President Biden is slowly moving to replace some of the oil he sold from the Strategic Petroleum Reserve (SPR) to lessen political blowback before the 2022 elections.
He is buying back oil at around $75 per barrel to replace oil purchased for around $30 per barrel.
Biden brought the emergency reserve to its lowest level in 40 years, where it stands at about half of its capacity.
The current instability in the Middle East, along with continued attacks by proxy groups of Iran on shipping in the region, add to pressure to restore the oil in the SPR as it benefits national and economic security.
The United States continues to be the world’s energy powerhouse for oil and gas, despite Biden’s commitment to “end fossil fuels.”
Is Biden an oil trader extraordinaire as one Wall Street Journal article posed him, or the opposite as he removed 235 million barrels of oil out of the Strategic Petroleum Reserve (SPR) to hold gasoline prices down? We at IER believe the latter, particularly since he began to sell 180 million barrels of oil out of the emergency reserve, the largest sale ever, just 5 months before the midterm election in 2022 when gas prices reached $5 a gallon. The Wall Street Journal article claims that he is an oil trader extraordinaire because he sold the oil from the SPR at around $95 a barrel and that he is buying it back at around $75 a barrel, a net gain of around $20 a barrel. However, the oil in the SPR was originally bought at around $30 a barrel, so he actually lost around $65 a barrel of taxpayers’ funds due to his political stunt.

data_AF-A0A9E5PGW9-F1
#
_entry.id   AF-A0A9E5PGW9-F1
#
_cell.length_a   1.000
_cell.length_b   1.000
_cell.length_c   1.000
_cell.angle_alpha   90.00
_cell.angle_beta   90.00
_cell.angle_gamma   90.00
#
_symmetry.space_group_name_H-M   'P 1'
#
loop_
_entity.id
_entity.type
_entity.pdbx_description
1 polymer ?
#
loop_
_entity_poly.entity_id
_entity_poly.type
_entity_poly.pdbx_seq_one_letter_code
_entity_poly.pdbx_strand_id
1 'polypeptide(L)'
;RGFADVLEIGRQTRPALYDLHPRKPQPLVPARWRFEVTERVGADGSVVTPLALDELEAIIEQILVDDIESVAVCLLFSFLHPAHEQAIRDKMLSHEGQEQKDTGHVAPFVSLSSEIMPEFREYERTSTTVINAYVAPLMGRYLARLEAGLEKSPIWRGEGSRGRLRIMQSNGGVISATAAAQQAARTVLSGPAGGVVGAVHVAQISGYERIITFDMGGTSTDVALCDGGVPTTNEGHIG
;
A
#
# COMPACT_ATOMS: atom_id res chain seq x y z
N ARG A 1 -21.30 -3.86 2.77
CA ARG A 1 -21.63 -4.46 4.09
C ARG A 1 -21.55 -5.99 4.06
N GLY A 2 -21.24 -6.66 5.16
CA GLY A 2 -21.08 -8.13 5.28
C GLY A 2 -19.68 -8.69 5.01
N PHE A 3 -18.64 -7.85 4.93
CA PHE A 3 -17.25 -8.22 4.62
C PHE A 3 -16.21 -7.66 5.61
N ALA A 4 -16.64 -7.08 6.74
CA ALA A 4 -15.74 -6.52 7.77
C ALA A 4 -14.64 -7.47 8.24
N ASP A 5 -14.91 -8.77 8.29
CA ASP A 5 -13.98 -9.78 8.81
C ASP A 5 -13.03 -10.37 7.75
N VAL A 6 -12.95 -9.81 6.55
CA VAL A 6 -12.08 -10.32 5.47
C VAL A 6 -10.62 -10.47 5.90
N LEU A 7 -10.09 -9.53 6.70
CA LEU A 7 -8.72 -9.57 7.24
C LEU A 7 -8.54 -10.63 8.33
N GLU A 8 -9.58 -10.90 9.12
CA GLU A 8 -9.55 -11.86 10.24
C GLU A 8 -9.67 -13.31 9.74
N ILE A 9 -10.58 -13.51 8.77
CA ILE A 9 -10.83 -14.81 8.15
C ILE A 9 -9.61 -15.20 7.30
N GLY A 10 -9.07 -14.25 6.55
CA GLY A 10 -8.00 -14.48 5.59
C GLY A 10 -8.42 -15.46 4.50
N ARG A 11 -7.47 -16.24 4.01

Further, the buyback is going very slowly. Biden’s energy department has bought back just 13.8 million barrels at an average price of $75.63 a barrel and is getting an early return of almost 4 million barrels from loans to oil companies. That totals to 17.8 million barrels out of 235 million (7.6 percent) more than a year after the last SPR sale. Biden’s energy department will hold another solicitation for 3 million barrels on January 10 and plans to buy back another 22 million barrels.
The SPR is the world’s largest reserve of emergency oil supply and currently stands at 354.4 million barrels, a 40 year low, located in underground salt caverns in four locations on the coasts of Texas and Louisiana. The 354 million barrels is about half of its 714-million-barrel capacity. Much of the oil that remains in the reserve is not of the quality that U.S. refiners need for their refineries as they retooled decades ago, making Biden’s political stunt even worse. The quality of oil sold during the run-up to the election is the type our refiners would need to quickly process in the event of a national emergency, whereas the type remaining is much harder to process in the U.S. refinery system.
Biden has no plans to bring the U.S. reserve back to the 577 million barrels it held in March 2022, a reduction of 39 percent, citing a series of spending bills passed by Congress in the late 2010s that called for selling off hundreds of millions of barrels. The energy department also indicates that they are limited in the amount they can buy back each month because some of the storage sites are currently undergoing maintenance.
Even getting to the Biden administration’s short-term goal of about 375 million barrels, a 6 percent increase from current levels, may not happen as the price of oil could escalate beyond the price that the energy department is willing to buy back barrels. The administration indicated that it would continue purchasing oil for the reserve through May, as long as prices stay below $79 a barrel. On January 2, the U.S. benchmark West Texas Intermediate was selling for less than $71 a barrel, but with tension in the Middle East following the Hamas attack on Israel in October and ensuing threats to shipping in the Red Sea, oil prices could exceed the administration’s price cap.